Beyond Supermax: The Mississippi experience
Having worked in a prison segregation housing unit, I can tell you that such housing units wreak havoc on the fragile psyches of mentally ill prisoners. In a new article, prison authority Terry Kupers (author of Prison Madness) and a group of 13 colleagues explore what happened when Mississippi was forced through class-action litigation to remove mentally ill prisoners from Parchman's "Unit 32" and to provide them with treatment. The result? Not surprisingly, the prison saw "large reductions in rates of misconduct, violence, and use of force."
The abstract of Beyond Supermax Administrative Segregation: Mississippi's Experience: Rethinking Prison Classification and Creating Alternative Mental Health Programs is available at Criminal Justice and Behavior's "online first" site.
Researching prisoner rape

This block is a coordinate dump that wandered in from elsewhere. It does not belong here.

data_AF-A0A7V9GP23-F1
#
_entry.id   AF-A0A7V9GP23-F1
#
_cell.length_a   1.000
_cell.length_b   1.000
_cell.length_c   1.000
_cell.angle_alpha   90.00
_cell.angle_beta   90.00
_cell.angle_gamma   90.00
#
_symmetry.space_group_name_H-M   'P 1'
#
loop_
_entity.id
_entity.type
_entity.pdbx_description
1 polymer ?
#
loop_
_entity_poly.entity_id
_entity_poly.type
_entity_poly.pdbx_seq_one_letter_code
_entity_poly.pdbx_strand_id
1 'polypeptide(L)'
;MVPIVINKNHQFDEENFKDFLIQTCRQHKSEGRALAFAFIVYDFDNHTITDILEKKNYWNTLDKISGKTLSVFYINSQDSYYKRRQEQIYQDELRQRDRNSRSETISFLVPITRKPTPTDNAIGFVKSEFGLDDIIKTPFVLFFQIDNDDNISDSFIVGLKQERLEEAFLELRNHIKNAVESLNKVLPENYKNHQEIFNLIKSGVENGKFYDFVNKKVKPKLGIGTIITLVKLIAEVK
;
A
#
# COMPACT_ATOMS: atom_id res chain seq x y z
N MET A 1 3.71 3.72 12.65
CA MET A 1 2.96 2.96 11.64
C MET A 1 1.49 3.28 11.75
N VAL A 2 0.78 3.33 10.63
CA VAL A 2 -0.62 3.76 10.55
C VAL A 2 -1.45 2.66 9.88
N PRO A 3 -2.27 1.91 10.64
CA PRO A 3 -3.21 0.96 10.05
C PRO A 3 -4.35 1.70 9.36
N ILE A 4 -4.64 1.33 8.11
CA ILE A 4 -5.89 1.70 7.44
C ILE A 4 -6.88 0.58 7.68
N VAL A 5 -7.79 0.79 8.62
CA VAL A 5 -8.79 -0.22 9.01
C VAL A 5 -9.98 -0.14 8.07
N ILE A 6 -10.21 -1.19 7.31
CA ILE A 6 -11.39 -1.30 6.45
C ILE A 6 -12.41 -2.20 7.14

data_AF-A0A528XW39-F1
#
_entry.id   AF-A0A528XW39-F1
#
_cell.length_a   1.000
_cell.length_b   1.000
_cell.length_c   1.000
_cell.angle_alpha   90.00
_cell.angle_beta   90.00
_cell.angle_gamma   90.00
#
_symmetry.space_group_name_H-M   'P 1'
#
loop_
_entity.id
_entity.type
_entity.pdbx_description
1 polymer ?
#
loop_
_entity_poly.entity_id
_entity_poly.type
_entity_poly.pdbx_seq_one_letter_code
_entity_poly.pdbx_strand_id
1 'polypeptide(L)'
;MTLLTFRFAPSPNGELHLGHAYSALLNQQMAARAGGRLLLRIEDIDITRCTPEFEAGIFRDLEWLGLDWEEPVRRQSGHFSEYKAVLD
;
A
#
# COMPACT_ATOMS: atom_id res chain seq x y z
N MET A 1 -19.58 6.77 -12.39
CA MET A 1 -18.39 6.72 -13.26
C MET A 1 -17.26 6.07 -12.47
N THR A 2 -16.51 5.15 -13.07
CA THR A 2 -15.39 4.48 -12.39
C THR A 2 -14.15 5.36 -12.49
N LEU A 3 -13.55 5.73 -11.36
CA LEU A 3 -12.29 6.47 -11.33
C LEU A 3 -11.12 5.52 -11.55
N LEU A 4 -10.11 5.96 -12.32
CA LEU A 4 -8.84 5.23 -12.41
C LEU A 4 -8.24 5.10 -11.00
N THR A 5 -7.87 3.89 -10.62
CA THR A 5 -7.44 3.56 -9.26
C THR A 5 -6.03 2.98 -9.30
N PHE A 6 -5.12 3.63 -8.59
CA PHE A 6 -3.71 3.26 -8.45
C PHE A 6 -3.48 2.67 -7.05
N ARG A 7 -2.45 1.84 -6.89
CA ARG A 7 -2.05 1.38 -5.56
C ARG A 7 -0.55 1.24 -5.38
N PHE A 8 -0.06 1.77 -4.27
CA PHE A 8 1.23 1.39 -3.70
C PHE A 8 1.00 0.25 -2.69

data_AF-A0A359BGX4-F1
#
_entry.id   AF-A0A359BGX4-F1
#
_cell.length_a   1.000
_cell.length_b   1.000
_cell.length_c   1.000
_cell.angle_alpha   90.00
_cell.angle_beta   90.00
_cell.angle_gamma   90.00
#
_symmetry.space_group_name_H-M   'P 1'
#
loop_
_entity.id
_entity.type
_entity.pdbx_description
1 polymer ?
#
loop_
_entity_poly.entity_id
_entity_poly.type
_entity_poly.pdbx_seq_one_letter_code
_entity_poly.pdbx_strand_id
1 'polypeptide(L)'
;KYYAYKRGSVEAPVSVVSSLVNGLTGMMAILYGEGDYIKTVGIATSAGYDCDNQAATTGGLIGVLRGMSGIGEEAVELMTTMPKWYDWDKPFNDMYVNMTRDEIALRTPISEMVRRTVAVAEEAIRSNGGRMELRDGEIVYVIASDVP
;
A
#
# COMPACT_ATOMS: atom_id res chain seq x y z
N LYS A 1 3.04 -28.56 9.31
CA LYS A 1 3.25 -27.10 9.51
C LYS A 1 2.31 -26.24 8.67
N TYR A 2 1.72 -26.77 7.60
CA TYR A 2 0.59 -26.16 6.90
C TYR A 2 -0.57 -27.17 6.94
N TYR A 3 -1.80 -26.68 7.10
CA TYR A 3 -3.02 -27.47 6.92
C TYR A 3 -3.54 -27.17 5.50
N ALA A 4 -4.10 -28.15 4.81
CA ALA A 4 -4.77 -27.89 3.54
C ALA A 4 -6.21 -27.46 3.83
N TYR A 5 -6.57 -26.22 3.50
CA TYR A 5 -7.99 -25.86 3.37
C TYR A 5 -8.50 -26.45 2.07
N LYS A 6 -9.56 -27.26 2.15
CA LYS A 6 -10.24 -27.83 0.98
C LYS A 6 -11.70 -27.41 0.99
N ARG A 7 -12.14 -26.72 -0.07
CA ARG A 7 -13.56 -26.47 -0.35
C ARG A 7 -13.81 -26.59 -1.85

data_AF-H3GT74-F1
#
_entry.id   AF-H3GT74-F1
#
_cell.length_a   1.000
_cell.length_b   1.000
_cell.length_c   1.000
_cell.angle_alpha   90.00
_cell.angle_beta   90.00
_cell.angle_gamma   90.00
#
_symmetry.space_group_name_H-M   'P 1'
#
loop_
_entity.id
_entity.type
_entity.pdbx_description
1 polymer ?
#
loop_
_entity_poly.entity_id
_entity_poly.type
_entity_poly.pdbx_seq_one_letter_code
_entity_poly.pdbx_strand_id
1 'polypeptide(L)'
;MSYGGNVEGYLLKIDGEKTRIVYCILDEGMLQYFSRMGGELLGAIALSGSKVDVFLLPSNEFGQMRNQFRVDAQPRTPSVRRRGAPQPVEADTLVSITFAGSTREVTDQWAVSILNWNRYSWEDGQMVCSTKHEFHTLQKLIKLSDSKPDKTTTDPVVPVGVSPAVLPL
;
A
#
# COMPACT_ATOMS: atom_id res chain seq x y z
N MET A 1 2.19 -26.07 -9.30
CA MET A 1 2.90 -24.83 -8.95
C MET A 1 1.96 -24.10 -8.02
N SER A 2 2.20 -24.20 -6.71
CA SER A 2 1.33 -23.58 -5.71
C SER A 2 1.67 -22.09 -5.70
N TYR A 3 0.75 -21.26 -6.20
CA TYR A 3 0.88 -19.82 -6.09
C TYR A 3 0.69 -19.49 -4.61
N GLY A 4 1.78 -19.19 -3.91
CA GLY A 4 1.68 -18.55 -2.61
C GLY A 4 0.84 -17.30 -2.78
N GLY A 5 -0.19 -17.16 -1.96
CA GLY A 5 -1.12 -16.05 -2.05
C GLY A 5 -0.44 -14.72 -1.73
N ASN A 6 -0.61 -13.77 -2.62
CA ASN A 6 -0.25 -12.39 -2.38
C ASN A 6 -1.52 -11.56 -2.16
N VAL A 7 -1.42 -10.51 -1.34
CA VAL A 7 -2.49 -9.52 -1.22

As you may imagine, getting accurate information on the prevalence and features of sexual assault in prison is a difficult task. Among the many challenges are "working cooperatively with state agencies while maintaining independence, gaining access to prisons and prisoners, securing necessary institutional approvals, and collecting generalizable data on a highly sensitive topic." The federal Prison Rape elimination act (PRea) of 2003 increases opportunities for research, however, and a group of scholars tells us how it is done. Lead author Valerie Jenness of UC Irvine is a noted authority on hate crimes. In this article in Criminal Justice Policy Review, Accomplishing the Difficult but Not Impossible: Collecting Self-Report Data on Inmate-on-Inmate Sexual Assault in Prison, she and co-authors describe their research procedures, in the hopes of reversing the recent decline of in-prison research by encouraging other researchers to sally forth.